California's Water Crisis
California's Water Woes
California has a crumbling water infrastructure built four decades ago for 18 million people and the state's population is expected to more than double that number in the next decade.
Take a look at the facts:
Rebuilding California's Water Future
California's water problems are complex and deserve a comprehensive solution. Key elements of a comprehensive solution are:
- Effective water management by reserving surplus water in wet years to survive dry years.
- Responsible environmental protections that do not devastate the economy.
- Conserving resources by making every drop count.
Effective water management
The state must invest in the state's aging water infrastructure to build new facilities and expand existing sites. Adequate water storage will ensure excess water from wet years is available to use in dry years. Other tools to improve water management include better conveyance, drought relief projects and groundwater cleanup, particularly in disadvantaged communities and other economically distressed areas.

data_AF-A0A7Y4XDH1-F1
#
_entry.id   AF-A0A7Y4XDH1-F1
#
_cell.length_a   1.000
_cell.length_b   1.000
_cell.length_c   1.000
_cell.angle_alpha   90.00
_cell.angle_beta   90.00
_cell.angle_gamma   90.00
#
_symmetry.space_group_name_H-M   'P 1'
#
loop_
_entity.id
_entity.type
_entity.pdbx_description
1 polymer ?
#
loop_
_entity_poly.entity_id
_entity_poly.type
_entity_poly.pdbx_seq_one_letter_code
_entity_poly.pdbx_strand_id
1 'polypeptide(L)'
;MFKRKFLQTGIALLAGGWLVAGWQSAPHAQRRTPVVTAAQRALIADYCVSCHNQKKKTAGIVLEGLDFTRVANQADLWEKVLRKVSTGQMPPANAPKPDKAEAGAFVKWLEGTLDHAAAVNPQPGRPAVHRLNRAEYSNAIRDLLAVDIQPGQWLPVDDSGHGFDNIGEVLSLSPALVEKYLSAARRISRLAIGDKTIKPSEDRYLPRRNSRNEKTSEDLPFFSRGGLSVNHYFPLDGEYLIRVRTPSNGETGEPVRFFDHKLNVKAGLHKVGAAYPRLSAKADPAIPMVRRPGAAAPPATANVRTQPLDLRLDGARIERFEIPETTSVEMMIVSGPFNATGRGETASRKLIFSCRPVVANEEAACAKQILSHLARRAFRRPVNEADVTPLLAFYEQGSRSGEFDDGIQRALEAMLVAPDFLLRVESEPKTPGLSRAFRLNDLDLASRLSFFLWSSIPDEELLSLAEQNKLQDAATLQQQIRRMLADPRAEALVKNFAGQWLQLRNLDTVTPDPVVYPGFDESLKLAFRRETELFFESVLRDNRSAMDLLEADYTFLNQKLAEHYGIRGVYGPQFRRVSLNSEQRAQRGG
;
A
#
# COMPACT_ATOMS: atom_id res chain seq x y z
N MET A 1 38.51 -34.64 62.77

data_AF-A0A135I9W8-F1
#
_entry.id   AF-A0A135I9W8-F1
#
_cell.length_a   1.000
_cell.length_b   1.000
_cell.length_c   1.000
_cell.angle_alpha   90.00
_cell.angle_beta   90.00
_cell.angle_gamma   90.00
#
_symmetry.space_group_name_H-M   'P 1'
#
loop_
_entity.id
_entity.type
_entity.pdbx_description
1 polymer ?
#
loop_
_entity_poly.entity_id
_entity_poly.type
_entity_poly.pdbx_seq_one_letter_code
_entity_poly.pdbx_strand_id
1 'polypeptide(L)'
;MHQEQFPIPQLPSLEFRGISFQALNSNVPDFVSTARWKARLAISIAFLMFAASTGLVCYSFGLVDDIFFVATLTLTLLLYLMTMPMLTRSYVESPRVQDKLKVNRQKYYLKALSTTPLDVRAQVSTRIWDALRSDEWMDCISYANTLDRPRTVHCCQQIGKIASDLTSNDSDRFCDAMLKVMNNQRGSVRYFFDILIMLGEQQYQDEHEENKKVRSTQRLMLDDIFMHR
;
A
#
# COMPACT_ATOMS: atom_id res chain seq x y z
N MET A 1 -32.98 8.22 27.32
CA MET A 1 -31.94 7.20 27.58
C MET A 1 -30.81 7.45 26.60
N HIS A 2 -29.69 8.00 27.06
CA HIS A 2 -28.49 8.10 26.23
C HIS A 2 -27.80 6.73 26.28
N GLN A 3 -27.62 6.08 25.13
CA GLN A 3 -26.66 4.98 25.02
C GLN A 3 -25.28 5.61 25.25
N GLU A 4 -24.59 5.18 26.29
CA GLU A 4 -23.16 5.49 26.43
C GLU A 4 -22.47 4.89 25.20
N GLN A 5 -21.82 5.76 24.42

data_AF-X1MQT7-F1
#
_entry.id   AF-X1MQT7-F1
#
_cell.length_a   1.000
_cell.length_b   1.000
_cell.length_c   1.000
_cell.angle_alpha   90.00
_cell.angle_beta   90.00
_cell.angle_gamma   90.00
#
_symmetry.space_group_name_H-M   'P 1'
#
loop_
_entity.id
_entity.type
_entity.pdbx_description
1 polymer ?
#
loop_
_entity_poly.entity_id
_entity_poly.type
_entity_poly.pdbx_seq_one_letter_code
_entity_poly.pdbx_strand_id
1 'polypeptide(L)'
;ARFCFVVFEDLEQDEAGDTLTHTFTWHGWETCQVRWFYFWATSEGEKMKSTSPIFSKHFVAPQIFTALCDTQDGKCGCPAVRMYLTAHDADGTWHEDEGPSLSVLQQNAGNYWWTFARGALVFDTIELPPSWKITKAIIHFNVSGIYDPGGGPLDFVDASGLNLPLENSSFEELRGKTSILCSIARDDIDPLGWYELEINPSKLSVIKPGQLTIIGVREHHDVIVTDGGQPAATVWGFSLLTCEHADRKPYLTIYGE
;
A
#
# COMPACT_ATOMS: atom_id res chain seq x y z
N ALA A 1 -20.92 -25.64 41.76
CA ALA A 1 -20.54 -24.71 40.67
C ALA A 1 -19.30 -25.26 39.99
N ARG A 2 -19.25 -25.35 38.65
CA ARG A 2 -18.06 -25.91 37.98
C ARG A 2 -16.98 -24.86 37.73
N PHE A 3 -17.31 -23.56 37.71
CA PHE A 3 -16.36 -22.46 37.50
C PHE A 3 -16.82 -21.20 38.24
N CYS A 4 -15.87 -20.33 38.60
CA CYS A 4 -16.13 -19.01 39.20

Responsible environmental protections
California must invest to preserve the Delta and other fragile ecosystems - including restoration projects for rivers, the ocean and fish barriers. Another added benefit is that restoring the Delta will improve conveyance.
Conserving resources by making every drop count
While increasing storage will help reduce shortages in the future, the state can build water supply in the short term through water conservation and water-use efficiency programs.
In November 2009, lawmakers approved on a bipartisan basis the "Safe, Clean and Reliable Drinking Water Supply Act," a bond measure that invests $11 billion in California's water system. Voters are expected to decide on that measure in November 2014.
Click below to read more detailed background information from the California Department of Water Resources on the water bond.